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Author Topic: Key that works like the dash paddle of a Vibroplex Original  (Read 19620 times)
WA7OPV
Member

Posts: 9




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« on: September 03, 2013, 08:35:53 PM »

In my novice days, I purchased a 1950's Vibroplex original from a former Railroad operator.  I soon thereafter dropped the thing and broke the main spring.  Being a poor teenager I began to send with the dash contact of the bug and got quite good at it.  I have never used a keyer and don't want to.

Many years later I got the key restored by Vibroplex, and intend to keep it as a bug.  I would like to purchase a straight key that lets me use my wrist-rotating motion to send like the dash contact of my bug. 

Any recommendations?

-david BTW
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AA4N
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Posts: 108




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« Reply #1 on: September 04, 2013, 04:10:56 AM »

Side swiper?
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VA7CPC
Member

Posts: 2357




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« Reply #2 on: September 05, 2013, 02:09:32 AM »

Buy a J-38, and a set of right-angle steel brackets at the hardware store.

Mount the brackets on a base, and mount the J-38 on the brackets.  That will give you a straight key, with sideways activation.

There is precedent for this.  One of the early designs for an iambic paddle used two J-38's, back-to-back.

Or, use any iambic (or single-lever) paddle, and ignore one paddle.   [A sideswiper has a different action -- there's no positive center stop.]


.             charles
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N0XE
Member

Posts: 197




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« Reply #3 on: September 05, 2013, 11:29:41 AM »

Use your bug,  just use the dah side for staight key keying and then as a regular  bug when you want to go full semi auto keying, if you own the Vibrobroplex already then no need to buy an additional key unless you  just want to.  I also like the feel of using my bug as a straight key, I find the comfort level  much higher then using a standard straight key and you can really send pretty fast with it that way. Side keying with the dah side I can send 25 wpm easy and never really get tired, I use  my two fingers and tap away, it works like a champ.  Just make sure if your a hard pounder that the bug does not slide on you if your desk is smooth,   Good luck and have fun ,keep CW alive no matter how you like to send,  73 Jim N0XE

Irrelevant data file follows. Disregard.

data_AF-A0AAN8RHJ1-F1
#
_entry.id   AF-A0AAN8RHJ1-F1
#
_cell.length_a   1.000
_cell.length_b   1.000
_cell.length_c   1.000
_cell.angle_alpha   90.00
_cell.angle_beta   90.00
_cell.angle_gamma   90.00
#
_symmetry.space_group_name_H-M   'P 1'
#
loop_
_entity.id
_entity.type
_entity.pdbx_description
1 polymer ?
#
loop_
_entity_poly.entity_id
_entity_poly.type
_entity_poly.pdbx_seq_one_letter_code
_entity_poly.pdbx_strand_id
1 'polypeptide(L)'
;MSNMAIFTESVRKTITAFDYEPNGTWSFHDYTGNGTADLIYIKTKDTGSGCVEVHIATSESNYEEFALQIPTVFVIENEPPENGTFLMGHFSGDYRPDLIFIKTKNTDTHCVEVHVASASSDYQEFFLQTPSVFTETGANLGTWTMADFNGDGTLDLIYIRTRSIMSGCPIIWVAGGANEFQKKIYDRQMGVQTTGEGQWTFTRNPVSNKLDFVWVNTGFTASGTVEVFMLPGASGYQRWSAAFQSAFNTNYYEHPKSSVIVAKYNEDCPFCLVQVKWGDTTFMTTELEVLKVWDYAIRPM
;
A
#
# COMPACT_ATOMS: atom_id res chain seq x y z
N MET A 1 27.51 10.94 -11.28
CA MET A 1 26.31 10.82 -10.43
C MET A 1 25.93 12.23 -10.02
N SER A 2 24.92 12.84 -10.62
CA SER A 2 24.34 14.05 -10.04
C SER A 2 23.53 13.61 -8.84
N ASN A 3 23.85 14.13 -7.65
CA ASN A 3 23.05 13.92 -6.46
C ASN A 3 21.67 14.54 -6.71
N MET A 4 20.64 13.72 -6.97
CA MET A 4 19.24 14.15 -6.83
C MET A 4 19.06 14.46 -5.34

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WA7OPV
Member

Posts: 9




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« Reply #4 on: September 05, 2013, 03:05:19 PM »

Hi N0XE!

The only problem I have with staying with the bug, is that I find I have to set the stops so that the dit side cannot operate otherwise I sometimes overshoot and cause a errant dit.  I was hoping to avoid having to fiddle with the key between modes.  It might be worth it. 



Thanks for the input

-david BTW
« Last Edit: September 05, 2013, 03:16:25 PM by WA7OPV » Logged
K7KBN
Member

Posts: 2765




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« Reply #5 on: September 05, 2013, 06:52:25 PM »

I used to use my Bug's "dah" side when working with a new ham who couldn't quite copy the Bug at around 15WPM - the slowest I could set it with the pendulum loaded down with clothespins  Grin .

This was back in the very early '60s - I referred to it as "working Single Sidekey".
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73
Pat K7KBN
CWO4 USNR Ret.
VE3WMB
Member

Posts: 282




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« Reply #6 on: September 07, 2013, 08:15:26 PM »

Try a Vibroplex Vibrokeyer.  It is a single lever paddle that is mostly made from Vibroplex
Original parts (no mainspring) on a smaller base.  You can wire it up like a straight key using only the dash side and lockout the dit side with the adjustment screws if you like.  This should give you the right feel.

http://vibroplex.com/vibrokeyer.html


In my novice days, I purchased a 1950's Vibroplex original from a former Railroad operator.  I soon thereafter dropped the thing and broke the main spring.  Being a poor teenager I began to send with the dash contact of the bug and got quite good at it.  I have never used a keyer and don't want to.

Many years later I got the key restored by Vibroplex, and intend to keep it as a bug.  I would like to purchase a straight key that lets me use my wrist-rotating motion to send like the dash contact of my bug. 

Any recommendations?

-david BTW
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WA7OPV
Member

Posts: 9




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« Reply #7 on: September 09, 2013, 08:11:16 PM »

Good Suggestion, one I had not considered.

TNX,

-david BTW
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WV1N
Member

Posts: 18




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« Reply #8 on: September 10, 2013, 05:17:09 AM »

Slide a business card or painter's tape between the dot contacts to prevent the overshoot contact. 

Bill, WV1N


The only problem I have with staying with the bug, is that I find I have to set the stops so that the dit side cannot operate otherwise I sometimes overshoot and cause a errant dit.  I was hoping to avoid having to fiddle with the key between modes.  It might be worth it. 



Thanks for the input

-david BTW
[/quote]
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